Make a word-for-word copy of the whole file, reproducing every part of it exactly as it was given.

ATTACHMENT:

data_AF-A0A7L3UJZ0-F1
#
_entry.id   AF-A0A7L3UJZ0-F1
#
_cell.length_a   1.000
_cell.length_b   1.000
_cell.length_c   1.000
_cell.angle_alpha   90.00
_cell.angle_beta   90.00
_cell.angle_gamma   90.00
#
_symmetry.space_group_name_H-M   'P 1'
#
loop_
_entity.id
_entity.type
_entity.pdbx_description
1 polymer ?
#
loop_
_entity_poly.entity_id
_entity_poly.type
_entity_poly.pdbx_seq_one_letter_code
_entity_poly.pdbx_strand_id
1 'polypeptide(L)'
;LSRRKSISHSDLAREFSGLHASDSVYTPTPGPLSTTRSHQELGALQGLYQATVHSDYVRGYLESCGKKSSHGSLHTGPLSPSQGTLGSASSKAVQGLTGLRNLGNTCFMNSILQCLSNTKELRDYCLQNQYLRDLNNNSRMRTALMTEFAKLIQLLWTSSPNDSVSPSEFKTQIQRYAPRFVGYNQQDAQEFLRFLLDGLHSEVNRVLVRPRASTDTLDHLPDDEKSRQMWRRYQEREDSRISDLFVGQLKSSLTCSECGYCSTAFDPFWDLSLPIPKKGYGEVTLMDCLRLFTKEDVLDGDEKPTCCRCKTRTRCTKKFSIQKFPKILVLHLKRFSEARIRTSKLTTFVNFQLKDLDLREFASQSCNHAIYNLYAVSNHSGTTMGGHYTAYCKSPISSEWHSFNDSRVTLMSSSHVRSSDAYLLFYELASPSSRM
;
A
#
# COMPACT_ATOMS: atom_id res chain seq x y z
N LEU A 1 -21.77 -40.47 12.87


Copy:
data_AF-A0A7L3UJZ0-F1
#
_entry.id   AF-A0A7L3UJZ0-F1
#
_cell.length_a   1.000
_cell.length_b   1.000
_cell.length_c   1.000
_cell.angle_alpha   90.00
_cell.angle_beta   90.00
_cell.angle_gamma   90.00
#
_symmetry.space_group_name_H-M   'P 1'
#
loop_
_entity.id
_entity.type
_entity.pdbx_description
1 polymer ?
#
loop_
_entity_poly.entity_id
_entity_poly.type
_entity_poly.pdbx_seq_one_letter_code
_entity_poly.pdbx_strand_id
1 'polypeptide(L)'
;LSRRKSISHSDLAREFSGLHASDSVYTPTPGPLSTTRSHQELGALQGLYQATVHSDYVRGYLESCGKKSSHGSLHTGPLSPSQGTLGSASSKAVQGLTGLRNLGNTCFMNSILQCLSNTKELRDYCLQNQYLRDLNNNSRMRTALMTEFAKLIQLLWTSSPNDSVSPSEFKTQIQRYAPRFVGYNQQDAQEFLRFLLDGLHSEVNRVLVRPRASTDTLDHLPDDEKSRQMWRRYQEREDSRISDLFVGQLKSSLTCSECGYCSTAFDPFWDLSLPIPKKGYGEVTLMDCLRLFTKEDVLDGDEKPTCCRCKTRTRCTKKFSIQKFPKILVLHLKRFSEARIRTSKLTTFVNFQLKDLDLREFASQSCNHAIYNLYAVSNHSGTTMGGHYTAYCKSPISSEWHSFNDSRVTLMSSSHVRSSDAYLLFYELASPSSRM
;
A
#
# COMPACT_ATOMS: atom_id res chain seq x y z
N LEU A 1 -21.77 -40.47 12.87